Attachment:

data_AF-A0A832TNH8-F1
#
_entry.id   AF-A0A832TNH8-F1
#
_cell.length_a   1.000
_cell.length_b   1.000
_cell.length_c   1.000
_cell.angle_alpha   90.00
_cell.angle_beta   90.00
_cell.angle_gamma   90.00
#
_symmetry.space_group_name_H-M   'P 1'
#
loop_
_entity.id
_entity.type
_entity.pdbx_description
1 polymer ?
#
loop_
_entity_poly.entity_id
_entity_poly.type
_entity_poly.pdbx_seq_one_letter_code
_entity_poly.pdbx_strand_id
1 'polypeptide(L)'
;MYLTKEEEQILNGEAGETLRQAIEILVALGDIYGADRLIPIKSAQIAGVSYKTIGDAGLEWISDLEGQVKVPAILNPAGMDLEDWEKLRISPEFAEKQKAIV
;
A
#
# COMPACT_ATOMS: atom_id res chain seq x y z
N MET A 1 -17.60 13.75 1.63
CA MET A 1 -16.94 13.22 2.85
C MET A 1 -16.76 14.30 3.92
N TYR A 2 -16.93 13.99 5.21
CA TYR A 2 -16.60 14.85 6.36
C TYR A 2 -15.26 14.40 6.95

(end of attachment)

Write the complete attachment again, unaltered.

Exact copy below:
data_AF-A0A832TNH8-F1
#
_entry.id   AF-A0A832TNH8-F1
#
_cell.length_a   1.000
_cell.length_b   1.000
_cell.length_c   1.000
_cell.angle_alpha   90.00
_cell.angle_beta   90.00
_cell.angle_gamma   90.00
#
_symmetry.space_group_name_H-M   'P 1'
#
loop_
_entity.id
_entity.type
_entity.pdbx_description
1 polymer ?
#
loop_
_entity_poly.entity_id
_entity_poly.type
_entity_poly.pdbx_seq_one_letter_code
_entity_poly.pdbx_strand_id
1 'polypeptide(L)'
;MYLTKEEEQILNGEAGETLRQAIEILVALGDIYGADRLIPIKSAQIAGVSYKTIGDAGLEWISDLEGQVKVPAILNPAGMDLEDWEKLRISPEFAEKQKAIV
;
A
#
# COMPACT_ATOMS: atom_id res chain seq x y z
N MET A 1 -17.60 13.75 1.63
CA MET A 1 -16.94 13.22 2.85
C MET A 1 -16.76 14.30 3.92
N TYR A 2 -16.93 13.99 5.21
CA TYR A 2 -16.60 14.85 6.36
C TYR A 2 -15.26 14.40 6.95